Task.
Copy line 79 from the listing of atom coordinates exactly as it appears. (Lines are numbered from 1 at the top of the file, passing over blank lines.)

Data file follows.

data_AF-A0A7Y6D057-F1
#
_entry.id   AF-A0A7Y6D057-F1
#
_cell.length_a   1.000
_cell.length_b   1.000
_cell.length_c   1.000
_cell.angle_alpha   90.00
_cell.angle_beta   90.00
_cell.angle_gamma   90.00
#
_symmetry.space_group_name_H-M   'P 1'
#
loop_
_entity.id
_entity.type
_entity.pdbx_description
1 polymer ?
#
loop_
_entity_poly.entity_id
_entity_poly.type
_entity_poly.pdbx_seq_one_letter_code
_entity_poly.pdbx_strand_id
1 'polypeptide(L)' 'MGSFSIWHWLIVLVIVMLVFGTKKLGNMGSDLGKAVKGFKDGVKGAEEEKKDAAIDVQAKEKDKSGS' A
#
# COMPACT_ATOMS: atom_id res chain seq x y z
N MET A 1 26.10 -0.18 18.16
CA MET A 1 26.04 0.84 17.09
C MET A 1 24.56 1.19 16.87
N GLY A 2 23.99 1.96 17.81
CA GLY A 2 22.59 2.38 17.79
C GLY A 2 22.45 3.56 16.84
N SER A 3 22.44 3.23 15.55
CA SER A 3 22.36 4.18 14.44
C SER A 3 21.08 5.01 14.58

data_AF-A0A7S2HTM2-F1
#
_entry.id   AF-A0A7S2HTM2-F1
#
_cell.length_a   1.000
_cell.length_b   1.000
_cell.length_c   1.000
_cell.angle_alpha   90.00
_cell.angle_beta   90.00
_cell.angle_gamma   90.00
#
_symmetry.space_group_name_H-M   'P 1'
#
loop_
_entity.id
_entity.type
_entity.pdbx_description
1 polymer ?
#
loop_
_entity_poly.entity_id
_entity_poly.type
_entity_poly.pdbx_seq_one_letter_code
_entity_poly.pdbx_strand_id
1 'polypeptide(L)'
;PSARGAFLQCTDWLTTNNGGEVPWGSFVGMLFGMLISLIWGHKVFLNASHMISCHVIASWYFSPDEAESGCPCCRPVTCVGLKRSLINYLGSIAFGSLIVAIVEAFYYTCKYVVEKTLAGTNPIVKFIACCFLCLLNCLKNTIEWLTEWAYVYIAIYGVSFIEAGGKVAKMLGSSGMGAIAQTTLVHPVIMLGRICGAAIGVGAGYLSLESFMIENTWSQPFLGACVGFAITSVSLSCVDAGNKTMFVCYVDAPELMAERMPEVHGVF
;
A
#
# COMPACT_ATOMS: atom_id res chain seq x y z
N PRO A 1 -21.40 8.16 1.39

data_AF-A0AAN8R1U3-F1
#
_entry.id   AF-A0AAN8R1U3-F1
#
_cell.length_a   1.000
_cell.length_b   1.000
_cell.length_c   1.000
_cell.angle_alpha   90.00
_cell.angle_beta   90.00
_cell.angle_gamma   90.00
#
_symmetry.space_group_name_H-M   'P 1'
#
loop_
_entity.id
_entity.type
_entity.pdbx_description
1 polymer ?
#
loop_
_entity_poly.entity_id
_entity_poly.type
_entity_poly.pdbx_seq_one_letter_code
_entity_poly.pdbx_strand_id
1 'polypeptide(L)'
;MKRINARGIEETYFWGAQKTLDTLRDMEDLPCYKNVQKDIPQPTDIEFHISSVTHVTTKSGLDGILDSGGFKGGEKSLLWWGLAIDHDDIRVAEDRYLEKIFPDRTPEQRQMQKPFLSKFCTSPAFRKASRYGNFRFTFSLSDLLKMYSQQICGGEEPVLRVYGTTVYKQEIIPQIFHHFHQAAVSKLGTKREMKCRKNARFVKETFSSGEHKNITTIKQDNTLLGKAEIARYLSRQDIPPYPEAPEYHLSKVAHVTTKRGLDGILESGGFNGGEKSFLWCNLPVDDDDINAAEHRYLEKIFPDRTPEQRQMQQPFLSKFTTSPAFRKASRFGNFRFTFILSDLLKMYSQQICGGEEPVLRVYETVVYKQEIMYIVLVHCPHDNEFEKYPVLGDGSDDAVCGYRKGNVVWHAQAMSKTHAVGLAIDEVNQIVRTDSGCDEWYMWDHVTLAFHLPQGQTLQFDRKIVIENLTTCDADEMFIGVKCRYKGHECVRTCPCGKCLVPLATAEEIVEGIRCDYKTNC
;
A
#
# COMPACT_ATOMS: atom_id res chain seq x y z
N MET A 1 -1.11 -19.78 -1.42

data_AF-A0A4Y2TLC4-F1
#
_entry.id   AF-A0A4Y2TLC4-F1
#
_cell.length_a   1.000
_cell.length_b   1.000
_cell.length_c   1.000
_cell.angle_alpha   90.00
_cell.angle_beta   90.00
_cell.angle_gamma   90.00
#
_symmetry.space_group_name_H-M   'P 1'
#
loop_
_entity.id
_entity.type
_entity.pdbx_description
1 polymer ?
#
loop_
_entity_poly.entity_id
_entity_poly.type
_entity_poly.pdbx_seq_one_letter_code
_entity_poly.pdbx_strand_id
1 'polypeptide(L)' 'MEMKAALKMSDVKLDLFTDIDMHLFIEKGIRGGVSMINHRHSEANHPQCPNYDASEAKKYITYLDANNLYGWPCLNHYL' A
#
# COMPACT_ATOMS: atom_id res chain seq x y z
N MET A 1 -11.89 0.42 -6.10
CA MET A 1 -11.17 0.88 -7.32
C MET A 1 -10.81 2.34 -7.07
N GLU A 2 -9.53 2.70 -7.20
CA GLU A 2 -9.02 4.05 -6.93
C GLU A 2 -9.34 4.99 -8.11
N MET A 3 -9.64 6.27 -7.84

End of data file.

_symmetry.space_group_name_H-M   'P 1'